Bob Cannon
October 30, 1992 AT 05:00 AM EST

After watching her debut, Raw Like Sushi, become a smash, Neneh Cherry now faces a familiar record-biz challenge: the sophomore jinx. The history of pop music is littered with artists who were white-hot with their first release but never again. Wayne Jancik, author of The Billboard Book of One-Hit Wonders, reminds us that pop ”has a built-in obsolescence. You can only be new for so long.”

The most extreme example of the phenomenon is Debby Boone. With her first single as a solo artist, ”You Light Up My Life,” she was No. 1 in 1977 for 10 weeks. The song and the album by the same name both became million sellers. But Boone’s next single only struggled to No. 50.

More recently, Terence Trent D’Arby’s double-platinum first LP went to No. 4 in 1988, but his second died at No. 61. And let’s not forget the Great White Hope of rap, Vanilla Ice. After topping the charts in 1990 with his 7 million-selling To the Extreme, he released Extremely Live, which melted down at No. 30 in 1991, selling 500,000 copies. Ice ice baby, indeed.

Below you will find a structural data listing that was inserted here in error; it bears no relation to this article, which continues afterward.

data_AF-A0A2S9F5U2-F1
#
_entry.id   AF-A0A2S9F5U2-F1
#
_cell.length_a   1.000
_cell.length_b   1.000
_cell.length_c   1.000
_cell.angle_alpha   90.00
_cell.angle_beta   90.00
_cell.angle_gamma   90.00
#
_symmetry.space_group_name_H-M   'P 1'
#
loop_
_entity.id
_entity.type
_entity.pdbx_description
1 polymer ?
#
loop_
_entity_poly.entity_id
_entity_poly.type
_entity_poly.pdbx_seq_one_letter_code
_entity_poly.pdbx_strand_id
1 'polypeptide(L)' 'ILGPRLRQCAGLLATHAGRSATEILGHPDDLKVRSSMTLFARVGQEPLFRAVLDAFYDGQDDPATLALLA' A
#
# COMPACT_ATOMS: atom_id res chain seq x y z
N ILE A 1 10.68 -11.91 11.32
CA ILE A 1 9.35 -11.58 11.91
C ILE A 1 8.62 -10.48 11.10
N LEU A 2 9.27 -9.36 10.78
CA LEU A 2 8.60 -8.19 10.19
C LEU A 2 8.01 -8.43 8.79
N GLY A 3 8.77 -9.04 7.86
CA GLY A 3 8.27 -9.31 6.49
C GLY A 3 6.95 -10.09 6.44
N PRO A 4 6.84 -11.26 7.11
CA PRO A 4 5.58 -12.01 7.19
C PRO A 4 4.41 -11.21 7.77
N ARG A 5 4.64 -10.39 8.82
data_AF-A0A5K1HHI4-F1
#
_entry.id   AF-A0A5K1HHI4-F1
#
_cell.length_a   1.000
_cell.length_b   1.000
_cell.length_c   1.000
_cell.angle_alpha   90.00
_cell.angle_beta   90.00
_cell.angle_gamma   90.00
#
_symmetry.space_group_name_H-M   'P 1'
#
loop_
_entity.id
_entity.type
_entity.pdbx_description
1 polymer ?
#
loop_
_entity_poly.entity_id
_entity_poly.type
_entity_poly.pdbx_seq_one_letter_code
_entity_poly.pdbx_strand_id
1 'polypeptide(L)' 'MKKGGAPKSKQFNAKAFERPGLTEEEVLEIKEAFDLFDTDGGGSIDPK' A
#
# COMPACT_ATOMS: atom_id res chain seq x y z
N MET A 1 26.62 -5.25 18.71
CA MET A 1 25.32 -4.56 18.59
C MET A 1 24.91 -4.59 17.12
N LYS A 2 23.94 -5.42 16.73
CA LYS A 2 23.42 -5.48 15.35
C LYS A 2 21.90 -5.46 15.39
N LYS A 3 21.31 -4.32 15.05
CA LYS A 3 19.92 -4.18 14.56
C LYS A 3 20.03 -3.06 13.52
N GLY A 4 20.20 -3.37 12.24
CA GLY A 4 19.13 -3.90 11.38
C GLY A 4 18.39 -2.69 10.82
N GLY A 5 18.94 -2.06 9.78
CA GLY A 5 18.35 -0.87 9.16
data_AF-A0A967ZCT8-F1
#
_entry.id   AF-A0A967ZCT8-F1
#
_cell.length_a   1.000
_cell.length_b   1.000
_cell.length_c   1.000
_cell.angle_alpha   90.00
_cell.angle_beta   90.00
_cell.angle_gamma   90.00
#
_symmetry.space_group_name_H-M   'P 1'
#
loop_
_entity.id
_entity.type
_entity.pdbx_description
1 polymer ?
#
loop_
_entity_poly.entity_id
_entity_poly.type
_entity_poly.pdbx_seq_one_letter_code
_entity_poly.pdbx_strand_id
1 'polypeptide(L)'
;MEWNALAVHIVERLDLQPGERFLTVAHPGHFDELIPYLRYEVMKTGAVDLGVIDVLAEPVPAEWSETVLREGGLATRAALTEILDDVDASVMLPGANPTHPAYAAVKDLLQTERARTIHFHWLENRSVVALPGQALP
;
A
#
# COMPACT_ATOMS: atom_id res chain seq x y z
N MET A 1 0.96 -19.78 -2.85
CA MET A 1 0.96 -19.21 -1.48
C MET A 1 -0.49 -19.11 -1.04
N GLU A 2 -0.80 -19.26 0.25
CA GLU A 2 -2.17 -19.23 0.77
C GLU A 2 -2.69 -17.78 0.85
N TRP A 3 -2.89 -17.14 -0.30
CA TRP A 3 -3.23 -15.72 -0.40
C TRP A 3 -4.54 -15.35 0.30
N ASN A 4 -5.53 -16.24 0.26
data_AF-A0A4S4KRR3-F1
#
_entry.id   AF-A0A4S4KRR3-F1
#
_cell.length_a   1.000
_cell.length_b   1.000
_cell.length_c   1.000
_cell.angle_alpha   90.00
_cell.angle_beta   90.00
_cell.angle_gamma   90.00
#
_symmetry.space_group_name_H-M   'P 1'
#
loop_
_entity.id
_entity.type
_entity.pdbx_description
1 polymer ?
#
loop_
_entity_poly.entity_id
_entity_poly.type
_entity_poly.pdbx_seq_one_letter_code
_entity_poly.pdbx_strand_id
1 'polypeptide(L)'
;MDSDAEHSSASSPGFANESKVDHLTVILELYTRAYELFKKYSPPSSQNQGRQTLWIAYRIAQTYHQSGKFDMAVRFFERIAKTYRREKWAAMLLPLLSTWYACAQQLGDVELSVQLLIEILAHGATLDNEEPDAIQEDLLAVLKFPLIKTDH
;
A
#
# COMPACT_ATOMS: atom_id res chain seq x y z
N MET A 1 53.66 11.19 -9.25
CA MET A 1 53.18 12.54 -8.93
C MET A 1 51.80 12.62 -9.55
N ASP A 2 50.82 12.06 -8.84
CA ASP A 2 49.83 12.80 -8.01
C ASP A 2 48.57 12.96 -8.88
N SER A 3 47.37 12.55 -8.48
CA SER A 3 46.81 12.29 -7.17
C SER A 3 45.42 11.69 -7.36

Even now, one hotshot rookie may be going down hard. You Gotta Believe, Marky Mark’s follow-up to 1991’s platinum Music for the People, entered the charts at No. 67, but now it’s dropping faster than his Calvins.

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